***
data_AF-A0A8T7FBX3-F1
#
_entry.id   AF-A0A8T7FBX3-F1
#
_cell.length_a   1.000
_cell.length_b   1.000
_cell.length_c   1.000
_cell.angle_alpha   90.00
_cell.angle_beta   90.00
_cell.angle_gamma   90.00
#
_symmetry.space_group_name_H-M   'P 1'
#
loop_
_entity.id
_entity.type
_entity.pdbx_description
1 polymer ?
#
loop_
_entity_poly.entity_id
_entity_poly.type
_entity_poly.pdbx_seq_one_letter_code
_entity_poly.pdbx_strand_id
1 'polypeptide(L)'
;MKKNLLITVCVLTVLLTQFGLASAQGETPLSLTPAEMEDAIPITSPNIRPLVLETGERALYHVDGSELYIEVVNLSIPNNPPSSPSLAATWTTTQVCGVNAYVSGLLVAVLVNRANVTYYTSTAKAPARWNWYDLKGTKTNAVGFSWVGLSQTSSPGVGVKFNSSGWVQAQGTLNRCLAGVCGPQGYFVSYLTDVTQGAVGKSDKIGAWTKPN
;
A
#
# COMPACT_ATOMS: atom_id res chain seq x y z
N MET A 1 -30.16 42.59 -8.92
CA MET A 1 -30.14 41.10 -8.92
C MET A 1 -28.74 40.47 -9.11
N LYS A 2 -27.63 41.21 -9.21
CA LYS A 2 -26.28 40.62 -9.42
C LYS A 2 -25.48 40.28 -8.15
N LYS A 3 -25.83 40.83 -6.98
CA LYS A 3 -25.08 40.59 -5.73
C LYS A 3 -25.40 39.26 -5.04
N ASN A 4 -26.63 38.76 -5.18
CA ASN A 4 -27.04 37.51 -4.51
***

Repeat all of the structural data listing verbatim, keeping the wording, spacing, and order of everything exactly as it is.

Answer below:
data_AF-A0A8T7FBX3-F1
#
_entry.id   AF-A0A8T7FBX3-F1
#
_cell.length_a   1.000
_cell.length_b   1.000
_cell.length_c   1.000
_cell.angle_alpha   90.00
_cell.angle_beta   90.00
_cell.angle_gamma   90.00
#
_symmetry.space_group_name_H-M   'P 1'
#
loop_
_entity.id
_entity.type
_entity.pdbx_description
1 polymer ?
#
loop_
_entity_poly.entity_id
_entity_poly.type
_entity_poly.pdbx_seq_one_letter_code
_entity_poly.pdbx_strand_id
1 'polypeptide(L)'
;MKKNLLITVCVLTVLLTQFGLASAQGETPLSLTPAEMEDAIPITSPNIRPLVLETGERALYHVDGSELYIEVVNLSIPNNPPSSPSLAATWTTTQVCGVNAYVSGLLVAVLVNRANVTYYTSTAKAPARWNWYDLKGTKTNAVGFSWVGLSQTSSPGVGVKFNSSGWVQAQGTLNRCLAGVCGPQGYFVSYLTDVTQGAVGKSDKIGAWTKPN
;
A
#
# COMPACT_ATOMS: atom_id res chain seq x y z
N MET A 1 -30.16 42.59 -8.92
CA MET A 1 -30.14 41.10 -8.92
C MET A 1 -28.74 40.47 -9.11
N LYS A 2 -27.63 41.21 -9.21
CA LYS A 2 -26.28 40.62 -9.42
C LYS A 2 -25.48 40.28 -8.15
N LYS A 3 -25.83 40.83 -6.98
CA LYS A 3 -25.08 40.59 -5.73
C LYS A 3 -25.40 39.26 -5.04
N ASN A 4 -26.63 38.76 -5.18
CA ASN A 4 -27.04 37.51 -4.51